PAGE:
Outside Japan, the term ’manga’ usually refers to comics originally published in Japan. Yet nowadays many publications labelled ’manga’ are not translations of Japanese works but rather have been wholly conceived and created elsewhere. These comics, although often derided and dismissed as ’fake manga’, represent an important but understudied global cultural phenomenon which, controversially, may even point to a future of ’Japanese’ comics without Japan. This book takes seriously the political economy and cultural production of this so-called ’global manga’ produced throughout the Americas, Europe, and Asia and explores the conditions under which it arises and flourishes; what counts as ’manga’ and who gets to decide; the implications of global manga for contemporary economies of cultural and creative labour; the ways in which it is shaped by or mixes with local cultural forms and contexts; and, ultimately, what it means for manga to be ’authentically’ Japanese in the first place. Presenting new empirical research on the production of global manga culture from scholars across the humanities and social sciences, as well as first person pieces and historical overviews written by global manga artists and industry insiders, Global Manga will appeal to scholars of cultural and media studies, Japanese studies, and popular and visual culture.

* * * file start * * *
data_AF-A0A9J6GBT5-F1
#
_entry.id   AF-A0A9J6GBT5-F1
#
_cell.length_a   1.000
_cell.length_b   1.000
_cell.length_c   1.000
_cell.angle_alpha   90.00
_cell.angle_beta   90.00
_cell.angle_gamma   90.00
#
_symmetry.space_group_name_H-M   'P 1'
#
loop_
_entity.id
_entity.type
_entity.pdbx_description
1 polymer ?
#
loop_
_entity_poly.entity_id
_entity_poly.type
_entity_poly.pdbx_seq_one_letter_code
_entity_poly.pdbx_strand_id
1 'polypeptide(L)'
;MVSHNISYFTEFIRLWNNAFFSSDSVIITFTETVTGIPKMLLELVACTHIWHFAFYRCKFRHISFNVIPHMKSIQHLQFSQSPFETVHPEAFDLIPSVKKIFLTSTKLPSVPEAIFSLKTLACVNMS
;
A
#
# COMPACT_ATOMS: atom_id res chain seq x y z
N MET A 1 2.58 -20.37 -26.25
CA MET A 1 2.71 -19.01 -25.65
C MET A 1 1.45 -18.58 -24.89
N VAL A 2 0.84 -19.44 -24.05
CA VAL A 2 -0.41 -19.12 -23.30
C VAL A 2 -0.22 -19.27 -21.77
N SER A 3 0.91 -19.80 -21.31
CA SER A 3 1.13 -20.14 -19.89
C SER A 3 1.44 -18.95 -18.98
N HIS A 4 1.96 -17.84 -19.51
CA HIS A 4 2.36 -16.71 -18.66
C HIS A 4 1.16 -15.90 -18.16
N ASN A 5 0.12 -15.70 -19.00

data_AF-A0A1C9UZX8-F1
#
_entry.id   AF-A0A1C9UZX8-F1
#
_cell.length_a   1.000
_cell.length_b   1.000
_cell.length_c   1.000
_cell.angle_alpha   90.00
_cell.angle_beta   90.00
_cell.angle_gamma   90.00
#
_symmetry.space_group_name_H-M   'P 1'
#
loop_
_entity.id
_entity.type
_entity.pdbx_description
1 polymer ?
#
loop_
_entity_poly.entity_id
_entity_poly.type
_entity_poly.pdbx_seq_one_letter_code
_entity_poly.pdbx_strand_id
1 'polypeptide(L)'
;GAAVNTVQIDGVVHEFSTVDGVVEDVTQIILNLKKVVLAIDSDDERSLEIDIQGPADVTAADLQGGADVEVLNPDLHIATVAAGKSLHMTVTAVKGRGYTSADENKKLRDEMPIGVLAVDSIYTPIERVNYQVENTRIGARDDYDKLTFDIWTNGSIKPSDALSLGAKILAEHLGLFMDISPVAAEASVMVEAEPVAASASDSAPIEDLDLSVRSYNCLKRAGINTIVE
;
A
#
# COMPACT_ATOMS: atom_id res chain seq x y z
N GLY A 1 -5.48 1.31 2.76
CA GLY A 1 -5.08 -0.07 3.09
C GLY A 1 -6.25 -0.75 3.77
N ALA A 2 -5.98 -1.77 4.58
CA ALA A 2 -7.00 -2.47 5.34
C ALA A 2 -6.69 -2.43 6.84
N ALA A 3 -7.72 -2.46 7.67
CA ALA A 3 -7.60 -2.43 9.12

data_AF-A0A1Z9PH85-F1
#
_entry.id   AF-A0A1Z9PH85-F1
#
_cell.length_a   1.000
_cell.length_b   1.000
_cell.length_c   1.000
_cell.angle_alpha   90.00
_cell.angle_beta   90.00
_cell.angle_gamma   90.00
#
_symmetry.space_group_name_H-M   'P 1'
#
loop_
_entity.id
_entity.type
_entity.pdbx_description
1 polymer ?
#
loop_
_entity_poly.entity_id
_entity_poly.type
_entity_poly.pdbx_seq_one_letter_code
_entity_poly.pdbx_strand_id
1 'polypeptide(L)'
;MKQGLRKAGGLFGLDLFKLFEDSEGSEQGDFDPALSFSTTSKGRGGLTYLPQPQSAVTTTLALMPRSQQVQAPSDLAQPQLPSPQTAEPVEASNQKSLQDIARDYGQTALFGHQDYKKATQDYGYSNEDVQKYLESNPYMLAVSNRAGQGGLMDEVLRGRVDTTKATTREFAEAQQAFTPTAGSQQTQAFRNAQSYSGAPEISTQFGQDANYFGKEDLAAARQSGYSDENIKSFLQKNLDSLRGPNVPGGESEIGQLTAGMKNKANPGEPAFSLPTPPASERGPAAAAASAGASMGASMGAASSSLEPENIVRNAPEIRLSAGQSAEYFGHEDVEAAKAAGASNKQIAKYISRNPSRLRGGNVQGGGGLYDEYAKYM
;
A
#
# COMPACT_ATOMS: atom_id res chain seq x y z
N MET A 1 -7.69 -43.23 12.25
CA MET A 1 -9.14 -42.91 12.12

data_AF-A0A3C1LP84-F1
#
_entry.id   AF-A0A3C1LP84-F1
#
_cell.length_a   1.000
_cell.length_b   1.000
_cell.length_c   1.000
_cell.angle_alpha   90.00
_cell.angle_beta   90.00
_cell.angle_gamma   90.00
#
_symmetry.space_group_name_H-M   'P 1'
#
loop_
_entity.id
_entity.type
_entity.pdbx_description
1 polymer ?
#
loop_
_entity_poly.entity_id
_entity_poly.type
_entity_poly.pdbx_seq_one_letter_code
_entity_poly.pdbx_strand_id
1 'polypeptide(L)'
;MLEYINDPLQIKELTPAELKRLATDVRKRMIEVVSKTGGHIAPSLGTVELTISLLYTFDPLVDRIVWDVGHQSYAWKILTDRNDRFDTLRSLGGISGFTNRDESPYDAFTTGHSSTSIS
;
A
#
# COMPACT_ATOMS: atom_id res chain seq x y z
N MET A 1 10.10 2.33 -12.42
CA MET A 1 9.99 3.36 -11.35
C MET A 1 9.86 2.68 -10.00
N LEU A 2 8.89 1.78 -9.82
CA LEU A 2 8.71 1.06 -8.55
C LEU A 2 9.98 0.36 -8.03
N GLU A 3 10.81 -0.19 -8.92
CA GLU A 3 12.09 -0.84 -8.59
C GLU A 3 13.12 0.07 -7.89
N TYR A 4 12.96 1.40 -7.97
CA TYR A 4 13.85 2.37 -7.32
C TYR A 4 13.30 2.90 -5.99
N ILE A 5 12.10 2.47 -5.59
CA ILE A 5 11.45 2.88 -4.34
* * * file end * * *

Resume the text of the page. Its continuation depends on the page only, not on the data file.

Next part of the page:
chapter |22 pages

Introduction: Manga without Japan?

ByCasey Brienza

chapter 2|10 pages

The Manga Style in Brazil

ByRoberto Elísio dos Santos, Waldomiro Vergueiro, and Victor Wanderley

chapter 7|14 pages

An American Manga Artist’s Journey Down a Road Less Drawn

ByDavid Blanchard

chapter 8|20 pages

Sporting the Gothic Look: Refashioning the Gothic Mode in

ByGerman Manga Trends

chapter 10|16 pages

Pinoy Manga in Philippine Komiks

ByKarl Ian Uy Cheng Chua and Kristine Michelle Santos